Workers are dismantling a log cabin built in the 1930s in Miami Beach. The work was expected — it was approved by city commissioners in October — but it sent activists into a fury Wednesday because the dismantling began before the city put together a plan for rebuilding it.
The cabin, built in 1934 by Miami architect Emil Ehmann for his family in North Beach, spent decades as home to a well-regarded community plant nursery. Since 1975, daily programs for adults with mental disabilities had been held there. But in 2011, the city closed the nursery because of budget cuts.
Activists consider the cabin, owned by the city on a public lot at Collins Avenue and 81st Street, a significant historic structure. It is not designated historic by the city and has no special protections against demolition.
“The cabin has stood at this location for 83 years as a testament to the upper North Shore’s historical beginnings during the Great Depression — and as a valued community asset,” Kirk Paskal, a North Beach activist, said in a Facebook post Wednesday.
The cabin became a flashpoint for city activists earlier this year when city officials and outside consultants determined the structure is in serious disrepair and needs a thorough — and pricey — restoration to save it.
After approving a $15,000 budget to demolish the building, commissioners responded to pressure from the community and added a provision saying the cabin’s components would be stored at a temperature-controlled warehouse in Opa-locka until the building could be reassembled.
Activists and local preservationists pressed for the city to rebuild the cabin in its current location. City officials talked about rebuilding it in North Shore Open Space Park, but no decision was made.
On Wednesday, contractors hired by the city began taking the log cabin apart under the supervision of city staffers. Douglas Wood, a structural engineer who is respected in the historic preservation community and who assessed the cabin’s condition this year, was observing the work to ensure that salvageable pieces of the structure are handled properly.
Around 8:30 a.m. Wednesday, workers were seen walking around the site and on the roof. A heap of splintered wood and what appears to be interior furniture lay in front of the cabin.
The heap further infuriated preservationists and North Beach activists who do not believe the workers are carefully cataloging the pieces of the cabin as it is taken apart.
“While we knew the city had earmarked money to, under appropriate supervision, carefully dismantle, catalog, and store for future restoration, we had not been advised work would commence,” said Tanya Bhatt, a North Beach activist. “We have been communicating with our elected officials for weeks to find a mutually agreeable plan and at no time did anyone respond saying that work was about to commence, nor that time was of the essence.”
The pile of wood is debris and pieces of the cabin that are not salvageable, said Tonya Daniels, Beach spokeswoman. “The salvageable pieces have not yet been removed,” she said.
She added that the city was following the commission’s direction to dismantle the building carefully so it can be reassembled later.
“The log cabin is an important piece of the Miami Beach history, and we will do everything we can to ensure that it is used to its fullest potential moving forward,” she said. “It was commission direction that after many months of research and analysis we move forward with the deconstruction and preservation of the log cabin.”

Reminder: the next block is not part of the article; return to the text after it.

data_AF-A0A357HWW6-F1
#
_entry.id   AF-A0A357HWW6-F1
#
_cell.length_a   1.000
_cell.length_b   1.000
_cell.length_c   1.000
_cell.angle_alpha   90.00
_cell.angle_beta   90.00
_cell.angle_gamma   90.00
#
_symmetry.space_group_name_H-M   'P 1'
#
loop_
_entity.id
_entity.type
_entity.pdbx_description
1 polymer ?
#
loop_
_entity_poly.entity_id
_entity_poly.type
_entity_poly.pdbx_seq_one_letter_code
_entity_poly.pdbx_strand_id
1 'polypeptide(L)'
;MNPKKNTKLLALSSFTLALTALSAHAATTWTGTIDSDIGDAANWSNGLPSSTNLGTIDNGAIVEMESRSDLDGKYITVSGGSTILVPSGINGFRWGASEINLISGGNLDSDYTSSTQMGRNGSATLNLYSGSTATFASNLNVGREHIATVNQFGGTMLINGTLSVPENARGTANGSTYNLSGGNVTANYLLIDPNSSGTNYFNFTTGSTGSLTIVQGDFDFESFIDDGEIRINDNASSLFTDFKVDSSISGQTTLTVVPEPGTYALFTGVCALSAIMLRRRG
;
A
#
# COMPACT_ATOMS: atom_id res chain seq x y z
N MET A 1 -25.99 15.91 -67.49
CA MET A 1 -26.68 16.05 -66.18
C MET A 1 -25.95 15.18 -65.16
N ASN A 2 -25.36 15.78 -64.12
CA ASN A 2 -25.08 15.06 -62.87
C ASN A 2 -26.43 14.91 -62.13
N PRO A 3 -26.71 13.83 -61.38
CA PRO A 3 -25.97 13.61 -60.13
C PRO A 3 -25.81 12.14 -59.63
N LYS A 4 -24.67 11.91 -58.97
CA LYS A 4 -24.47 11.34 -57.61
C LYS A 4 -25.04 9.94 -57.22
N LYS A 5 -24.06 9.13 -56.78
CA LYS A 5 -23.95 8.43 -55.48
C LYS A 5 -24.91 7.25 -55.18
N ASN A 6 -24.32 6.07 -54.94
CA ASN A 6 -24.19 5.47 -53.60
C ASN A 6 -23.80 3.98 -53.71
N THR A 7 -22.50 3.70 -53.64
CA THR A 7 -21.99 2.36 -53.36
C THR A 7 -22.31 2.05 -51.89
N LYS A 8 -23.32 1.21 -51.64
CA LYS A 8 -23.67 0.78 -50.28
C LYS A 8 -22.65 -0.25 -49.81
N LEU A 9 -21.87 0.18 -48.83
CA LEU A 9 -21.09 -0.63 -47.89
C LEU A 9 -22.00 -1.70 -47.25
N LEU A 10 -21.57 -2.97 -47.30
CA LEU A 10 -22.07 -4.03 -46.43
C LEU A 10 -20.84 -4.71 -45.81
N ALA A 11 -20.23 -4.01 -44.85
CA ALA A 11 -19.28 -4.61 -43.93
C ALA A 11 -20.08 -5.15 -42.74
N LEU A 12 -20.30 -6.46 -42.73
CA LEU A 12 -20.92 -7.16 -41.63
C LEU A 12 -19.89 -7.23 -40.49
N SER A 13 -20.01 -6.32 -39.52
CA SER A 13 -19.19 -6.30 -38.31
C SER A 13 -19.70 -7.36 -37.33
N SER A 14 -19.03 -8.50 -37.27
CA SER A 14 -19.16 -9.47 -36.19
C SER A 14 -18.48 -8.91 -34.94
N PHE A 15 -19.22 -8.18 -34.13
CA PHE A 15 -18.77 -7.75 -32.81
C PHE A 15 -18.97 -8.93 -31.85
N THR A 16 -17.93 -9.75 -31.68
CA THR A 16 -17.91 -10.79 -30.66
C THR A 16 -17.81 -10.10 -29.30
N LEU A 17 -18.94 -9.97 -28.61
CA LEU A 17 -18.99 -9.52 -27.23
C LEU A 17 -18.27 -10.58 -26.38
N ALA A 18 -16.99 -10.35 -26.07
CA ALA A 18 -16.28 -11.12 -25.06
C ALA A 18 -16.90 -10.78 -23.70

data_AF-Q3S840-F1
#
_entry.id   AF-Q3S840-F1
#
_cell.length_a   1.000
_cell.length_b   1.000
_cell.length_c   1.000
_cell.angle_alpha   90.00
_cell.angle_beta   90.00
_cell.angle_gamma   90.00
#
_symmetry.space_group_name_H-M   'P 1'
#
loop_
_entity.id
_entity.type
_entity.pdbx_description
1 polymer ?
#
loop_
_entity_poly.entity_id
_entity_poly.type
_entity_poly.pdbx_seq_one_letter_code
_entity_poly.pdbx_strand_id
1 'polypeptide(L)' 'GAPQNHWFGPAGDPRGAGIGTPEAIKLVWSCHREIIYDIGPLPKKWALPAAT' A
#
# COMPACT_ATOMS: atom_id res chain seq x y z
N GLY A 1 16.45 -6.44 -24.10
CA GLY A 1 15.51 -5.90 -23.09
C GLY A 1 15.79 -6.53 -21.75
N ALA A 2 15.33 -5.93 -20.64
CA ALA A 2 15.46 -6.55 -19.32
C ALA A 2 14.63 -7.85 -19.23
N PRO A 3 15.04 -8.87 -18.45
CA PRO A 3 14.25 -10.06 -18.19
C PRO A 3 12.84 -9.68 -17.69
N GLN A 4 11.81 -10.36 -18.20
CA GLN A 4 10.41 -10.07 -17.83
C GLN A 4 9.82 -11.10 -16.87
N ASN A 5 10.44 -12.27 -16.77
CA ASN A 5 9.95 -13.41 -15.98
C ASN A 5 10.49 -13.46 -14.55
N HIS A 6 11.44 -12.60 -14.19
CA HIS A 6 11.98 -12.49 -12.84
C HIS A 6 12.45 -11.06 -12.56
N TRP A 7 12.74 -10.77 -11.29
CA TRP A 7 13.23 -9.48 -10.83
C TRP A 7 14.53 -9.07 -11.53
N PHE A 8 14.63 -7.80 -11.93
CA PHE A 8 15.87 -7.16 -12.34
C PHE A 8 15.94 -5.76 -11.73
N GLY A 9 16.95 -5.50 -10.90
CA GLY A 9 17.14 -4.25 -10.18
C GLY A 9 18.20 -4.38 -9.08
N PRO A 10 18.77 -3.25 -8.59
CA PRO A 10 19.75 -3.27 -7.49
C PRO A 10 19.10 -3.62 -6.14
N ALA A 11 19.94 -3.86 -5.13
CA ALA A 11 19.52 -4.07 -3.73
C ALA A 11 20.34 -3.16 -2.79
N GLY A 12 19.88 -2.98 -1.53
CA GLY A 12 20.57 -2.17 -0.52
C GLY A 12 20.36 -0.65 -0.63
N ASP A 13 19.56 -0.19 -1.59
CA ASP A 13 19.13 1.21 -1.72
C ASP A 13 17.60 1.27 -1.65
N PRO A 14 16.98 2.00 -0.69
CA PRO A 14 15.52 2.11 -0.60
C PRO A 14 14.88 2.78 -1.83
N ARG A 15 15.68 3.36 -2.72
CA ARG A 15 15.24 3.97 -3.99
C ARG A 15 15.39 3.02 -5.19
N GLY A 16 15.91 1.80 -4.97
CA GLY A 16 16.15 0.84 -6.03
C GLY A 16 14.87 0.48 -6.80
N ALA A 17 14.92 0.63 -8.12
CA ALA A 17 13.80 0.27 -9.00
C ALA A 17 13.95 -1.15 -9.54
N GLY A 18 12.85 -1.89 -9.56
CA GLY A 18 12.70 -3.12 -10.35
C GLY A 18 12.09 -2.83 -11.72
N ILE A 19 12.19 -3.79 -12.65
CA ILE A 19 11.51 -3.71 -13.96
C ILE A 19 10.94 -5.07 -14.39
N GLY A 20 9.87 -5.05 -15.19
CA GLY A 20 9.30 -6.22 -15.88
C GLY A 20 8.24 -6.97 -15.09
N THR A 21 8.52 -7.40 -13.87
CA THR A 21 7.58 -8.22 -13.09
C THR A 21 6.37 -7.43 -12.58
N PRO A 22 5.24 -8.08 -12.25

Some activists are skeptical of the city’s intentions. There is a discussion item on the agenda for next week’s commission meeting, the first to be led by Mayor Dan Gelber, regarding the log cabin. One commented on Facebook that the new mayor and three new commissioners should have been allowed to discuss the project before the dismantling began.
“All projects that are to be executed by a new commission and mayor” should be reviewed before work commences, said Paula King, an activist.
Commissioner Kristen Rosen Gonzalez agreed in a comment on another thread about the cabin.
“The administration should have waited until the first meeting of the new commission,” she wrote.
Plans to revive the cabin were part of the conversation about opening a North Beach Yard on the site, a counterpart to the popular outdoor gathering space in Wynwood. Organizers of the Yard have agreed to hold seven cultural and community events each week at no charge. They will include urban farming classes, live local music, nonprofit events, cooking workshops and fitness classes, among other activities.
The cabin was originally part of the concept, but this summer, the building was found to be in such bad shape that commissioners did not see a way to incorporate the structure into North Beach Yard’s plans.
Amid the cabin controversy in July, commissioners approved a five-year lease to North Beach Yard, which calls for the city to determine what to do with the cabin before North Beach Yard moves in.
Preservationists hope to work with the city to find funding for what is estimated to be an expensive reassembly and restoration, whenever and wherever that happens. The city has submitted appropriations requests to the Florida Legislature.
“Both Senator Daphne Campbell and Representative David Richardson have filed appropriation bills for funding anticipated to be used for the project,” Daniels said.
Daniel Ciraldo, executive director of the Miami Design Preservation League, said that he was surprised the city decided to begin dismantling the cabin before it completed a plan to rebuild it somewhere else.
“We understood there would be time for the plan to be developed,” he said. “It is surprising. There’s a future for the log cabin, which the commission has expressed their commitment to. We just need to make sure there’s a plan ASAP, and that the community is involved in the plan.”